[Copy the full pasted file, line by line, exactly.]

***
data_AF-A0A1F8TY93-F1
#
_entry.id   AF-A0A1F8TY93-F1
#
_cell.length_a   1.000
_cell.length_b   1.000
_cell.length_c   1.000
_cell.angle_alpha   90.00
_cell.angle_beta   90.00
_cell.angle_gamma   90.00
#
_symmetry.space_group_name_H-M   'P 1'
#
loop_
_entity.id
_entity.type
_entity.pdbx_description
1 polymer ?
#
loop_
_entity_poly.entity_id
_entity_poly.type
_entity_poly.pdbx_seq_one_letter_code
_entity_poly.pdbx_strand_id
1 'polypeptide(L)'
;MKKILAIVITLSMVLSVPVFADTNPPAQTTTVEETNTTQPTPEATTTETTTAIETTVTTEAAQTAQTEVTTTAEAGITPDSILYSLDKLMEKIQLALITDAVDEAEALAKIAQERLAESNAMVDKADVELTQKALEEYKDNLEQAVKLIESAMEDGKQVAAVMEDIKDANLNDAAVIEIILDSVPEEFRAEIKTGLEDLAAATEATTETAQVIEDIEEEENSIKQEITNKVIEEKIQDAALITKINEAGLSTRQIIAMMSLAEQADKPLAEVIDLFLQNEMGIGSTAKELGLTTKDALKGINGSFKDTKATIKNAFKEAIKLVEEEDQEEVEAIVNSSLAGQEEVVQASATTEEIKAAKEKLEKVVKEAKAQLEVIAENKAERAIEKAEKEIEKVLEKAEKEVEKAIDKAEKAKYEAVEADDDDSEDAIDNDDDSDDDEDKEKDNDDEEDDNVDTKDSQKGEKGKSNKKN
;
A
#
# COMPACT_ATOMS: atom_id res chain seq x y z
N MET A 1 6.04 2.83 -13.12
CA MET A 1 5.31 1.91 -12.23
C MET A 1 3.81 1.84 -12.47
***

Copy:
data_AF-A0A1F8TY93-F1
#
_entry.id   AF-A0A1F8TY93-F1
#
_cell.length_a   1.000
_cell.length_b   1.000
_cell.length_c   1.000
_cell.angle_alpha   90.00
_cell.angle_beta   90.00
_cell.angle_gamma   90.00
#
_symmetry.space_group_name_H-M   'P 1'
#
loop_
_entity.id
_entity.type
_entity.pdbx_description
1 polymer ?
#
loop_
_entity_poly.entity_id
_entity_poly.type
_entity_poly.pdbx_seq_one_letter_code
_entity_poly.pdbx_strand_id
1 'polypeptide(L)'
;MKKILAIVITLSMVLSVPVFADTNPPAQTTTVEETNTTQPTPEATTTETTTAIETTVTTEAAQTAQTEVTTTAEAGITPDSILYSLDKLMEKIQLALITDAVDEAEALAKIAQERLAESNAMVDKADVELTQKALEEYKDNLEQAVKLIESAMEDGKQVAAVMEDIKDANLNDAAVIEIILDSVPEEFRAEIKTGLEDLAAATEATTETAQVIEDIEEEENSIKQEITNKVIEEKIQDAALITKINEAGLSTRQIIAMMSLAEQADKPLAEVIDLFLQNEMGIGSTAKELGLTTKDALKGINGSFKDTKATIKNAFKEAIKLVEEEDQEEVEAIVNSSLAGQEEVVQASATTEEIKAAKEKLEKVVKEAKAQLEVIAENKAERAIEKAEKEIEKVLEKAEKEVEKAIDKAEKAKYEAVEADDDDSEDAIDNDDDSDDDEDKEKDNDDEEDDNVDTKDSQKGEKGKSNKKN
;
A
#
# COMPACT_ATOMS: atom_id res chain seq x y z
N MET A 1 6.04 2.83 -13.12
CA MET A 1 5.31 1.91 -12.23
C MET A 1 3.81 1.84 -12.47